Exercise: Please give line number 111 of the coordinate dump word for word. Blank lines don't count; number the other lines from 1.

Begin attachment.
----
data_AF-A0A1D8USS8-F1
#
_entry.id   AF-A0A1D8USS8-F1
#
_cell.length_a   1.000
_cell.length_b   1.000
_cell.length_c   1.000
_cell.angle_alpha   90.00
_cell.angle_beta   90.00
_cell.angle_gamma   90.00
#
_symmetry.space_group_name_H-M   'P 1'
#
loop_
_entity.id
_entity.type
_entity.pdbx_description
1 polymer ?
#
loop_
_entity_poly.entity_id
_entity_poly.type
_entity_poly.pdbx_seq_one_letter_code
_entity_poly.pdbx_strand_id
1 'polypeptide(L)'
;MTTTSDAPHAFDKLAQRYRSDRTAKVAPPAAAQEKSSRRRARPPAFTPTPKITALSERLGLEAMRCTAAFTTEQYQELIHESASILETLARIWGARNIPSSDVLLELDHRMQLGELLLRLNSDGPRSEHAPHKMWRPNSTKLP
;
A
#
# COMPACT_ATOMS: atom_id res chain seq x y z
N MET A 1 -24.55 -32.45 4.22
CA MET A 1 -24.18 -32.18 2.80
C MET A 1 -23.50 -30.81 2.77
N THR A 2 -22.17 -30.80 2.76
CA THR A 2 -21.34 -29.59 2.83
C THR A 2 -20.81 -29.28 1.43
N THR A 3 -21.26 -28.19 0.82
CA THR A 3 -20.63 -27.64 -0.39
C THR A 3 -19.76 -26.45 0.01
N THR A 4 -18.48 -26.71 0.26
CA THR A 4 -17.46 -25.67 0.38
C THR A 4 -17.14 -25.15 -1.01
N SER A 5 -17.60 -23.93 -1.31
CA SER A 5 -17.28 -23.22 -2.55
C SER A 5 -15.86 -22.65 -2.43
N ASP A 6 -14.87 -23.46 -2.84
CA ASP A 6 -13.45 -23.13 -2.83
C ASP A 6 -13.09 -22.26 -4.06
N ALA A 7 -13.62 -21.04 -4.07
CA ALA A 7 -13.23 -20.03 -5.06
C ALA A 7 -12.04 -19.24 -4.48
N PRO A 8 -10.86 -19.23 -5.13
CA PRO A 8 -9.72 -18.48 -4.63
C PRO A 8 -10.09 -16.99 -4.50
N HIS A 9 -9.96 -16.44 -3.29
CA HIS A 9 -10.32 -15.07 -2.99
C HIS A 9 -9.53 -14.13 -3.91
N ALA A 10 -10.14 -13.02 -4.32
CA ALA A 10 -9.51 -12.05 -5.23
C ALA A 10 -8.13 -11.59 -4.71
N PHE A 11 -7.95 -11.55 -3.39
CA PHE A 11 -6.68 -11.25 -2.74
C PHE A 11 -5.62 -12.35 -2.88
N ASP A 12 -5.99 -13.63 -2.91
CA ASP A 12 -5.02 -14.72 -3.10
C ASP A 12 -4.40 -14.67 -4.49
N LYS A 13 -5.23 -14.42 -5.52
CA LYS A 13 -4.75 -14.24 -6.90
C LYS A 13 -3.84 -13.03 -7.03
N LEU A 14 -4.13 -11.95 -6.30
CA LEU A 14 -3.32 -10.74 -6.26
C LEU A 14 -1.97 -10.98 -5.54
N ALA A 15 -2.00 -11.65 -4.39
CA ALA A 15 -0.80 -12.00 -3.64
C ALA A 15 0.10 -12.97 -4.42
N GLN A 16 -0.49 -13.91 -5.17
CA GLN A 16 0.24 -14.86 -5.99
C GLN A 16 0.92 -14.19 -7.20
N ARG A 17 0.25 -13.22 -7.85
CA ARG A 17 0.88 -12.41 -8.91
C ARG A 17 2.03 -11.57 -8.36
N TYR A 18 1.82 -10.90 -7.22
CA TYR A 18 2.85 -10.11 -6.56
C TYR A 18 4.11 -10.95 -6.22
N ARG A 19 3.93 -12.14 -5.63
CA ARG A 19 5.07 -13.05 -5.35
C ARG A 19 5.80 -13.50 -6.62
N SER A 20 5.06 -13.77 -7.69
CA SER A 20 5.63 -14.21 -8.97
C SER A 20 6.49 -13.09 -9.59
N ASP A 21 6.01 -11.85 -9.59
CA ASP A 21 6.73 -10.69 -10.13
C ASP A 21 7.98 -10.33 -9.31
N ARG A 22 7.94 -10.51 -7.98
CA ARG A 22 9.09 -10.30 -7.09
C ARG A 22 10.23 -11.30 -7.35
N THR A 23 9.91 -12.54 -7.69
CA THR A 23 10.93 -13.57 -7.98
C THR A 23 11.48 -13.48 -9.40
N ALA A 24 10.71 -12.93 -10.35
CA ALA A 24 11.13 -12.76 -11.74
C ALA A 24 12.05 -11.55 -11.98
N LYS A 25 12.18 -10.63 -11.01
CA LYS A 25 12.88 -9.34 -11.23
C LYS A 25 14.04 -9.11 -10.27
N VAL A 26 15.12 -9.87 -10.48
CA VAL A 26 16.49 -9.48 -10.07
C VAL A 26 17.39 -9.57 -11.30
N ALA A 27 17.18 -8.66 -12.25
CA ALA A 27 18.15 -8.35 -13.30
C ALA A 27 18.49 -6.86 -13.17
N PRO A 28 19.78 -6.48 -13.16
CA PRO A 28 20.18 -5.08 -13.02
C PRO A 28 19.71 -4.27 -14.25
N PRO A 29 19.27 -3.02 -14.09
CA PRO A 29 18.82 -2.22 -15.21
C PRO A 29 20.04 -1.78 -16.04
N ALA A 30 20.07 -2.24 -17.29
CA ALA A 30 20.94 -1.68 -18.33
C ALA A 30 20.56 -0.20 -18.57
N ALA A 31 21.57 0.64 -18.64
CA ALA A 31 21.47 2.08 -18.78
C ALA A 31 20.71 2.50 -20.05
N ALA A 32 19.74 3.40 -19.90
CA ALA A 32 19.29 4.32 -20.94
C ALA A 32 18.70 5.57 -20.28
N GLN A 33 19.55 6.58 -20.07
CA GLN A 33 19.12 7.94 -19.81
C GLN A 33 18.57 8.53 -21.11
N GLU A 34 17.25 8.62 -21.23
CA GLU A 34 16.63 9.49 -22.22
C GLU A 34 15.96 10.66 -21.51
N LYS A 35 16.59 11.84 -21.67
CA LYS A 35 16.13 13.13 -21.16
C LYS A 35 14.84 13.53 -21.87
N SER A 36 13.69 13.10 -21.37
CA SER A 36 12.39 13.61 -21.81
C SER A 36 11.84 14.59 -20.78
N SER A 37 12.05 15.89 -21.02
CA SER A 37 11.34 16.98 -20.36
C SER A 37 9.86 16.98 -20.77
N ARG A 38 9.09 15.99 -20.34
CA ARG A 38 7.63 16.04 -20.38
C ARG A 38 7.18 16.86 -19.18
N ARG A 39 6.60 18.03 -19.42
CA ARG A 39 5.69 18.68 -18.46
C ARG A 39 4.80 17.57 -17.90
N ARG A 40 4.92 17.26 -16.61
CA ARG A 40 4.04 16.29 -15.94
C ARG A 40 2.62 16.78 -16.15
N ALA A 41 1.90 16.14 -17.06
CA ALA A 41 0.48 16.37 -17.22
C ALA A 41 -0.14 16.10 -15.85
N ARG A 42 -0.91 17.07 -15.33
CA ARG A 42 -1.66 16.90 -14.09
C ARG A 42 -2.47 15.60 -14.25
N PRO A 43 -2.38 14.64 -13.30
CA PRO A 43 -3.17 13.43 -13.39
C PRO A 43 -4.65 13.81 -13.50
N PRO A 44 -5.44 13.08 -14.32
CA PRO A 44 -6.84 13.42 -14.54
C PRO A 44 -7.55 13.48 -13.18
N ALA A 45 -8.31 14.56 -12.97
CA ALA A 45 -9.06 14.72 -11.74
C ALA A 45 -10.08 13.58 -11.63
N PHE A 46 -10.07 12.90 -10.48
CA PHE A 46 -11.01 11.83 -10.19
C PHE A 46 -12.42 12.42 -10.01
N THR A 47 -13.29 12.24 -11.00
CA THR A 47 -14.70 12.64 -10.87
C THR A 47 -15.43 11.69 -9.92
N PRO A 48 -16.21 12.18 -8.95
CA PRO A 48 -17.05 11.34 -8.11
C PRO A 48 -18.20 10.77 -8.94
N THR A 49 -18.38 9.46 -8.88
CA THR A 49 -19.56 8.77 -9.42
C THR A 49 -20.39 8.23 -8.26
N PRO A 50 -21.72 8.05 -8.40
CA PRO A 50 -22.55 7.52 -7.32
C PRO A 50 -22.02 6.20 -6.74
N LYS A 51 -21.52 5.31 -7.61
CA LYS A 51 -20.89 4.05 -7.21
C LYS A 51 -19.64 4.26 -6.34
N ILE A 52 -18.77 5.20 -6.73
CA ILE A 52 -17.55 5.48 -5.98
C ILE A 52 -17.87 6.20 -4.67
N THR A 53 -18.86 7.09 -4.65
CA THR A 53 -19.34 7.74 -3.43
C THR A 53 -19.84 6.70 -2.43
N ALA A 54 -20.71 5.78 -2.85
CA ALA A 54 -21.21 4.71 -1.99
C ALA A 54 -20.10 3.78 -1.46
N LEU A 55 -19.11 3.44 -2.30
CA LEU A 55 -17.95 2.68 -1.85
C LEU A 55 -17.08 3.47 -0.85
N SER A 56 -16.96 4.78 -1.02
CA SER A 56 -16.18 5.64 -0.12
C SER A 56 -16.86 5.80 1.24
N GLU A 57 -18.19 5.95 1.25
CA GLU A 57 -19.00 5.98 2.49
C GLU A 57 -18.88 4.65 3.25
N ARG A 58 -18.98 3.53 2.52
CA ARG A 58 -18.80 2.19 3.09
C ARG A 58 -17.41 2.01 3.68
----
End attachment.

C ALA A 27 18.49 -6.86 -13.17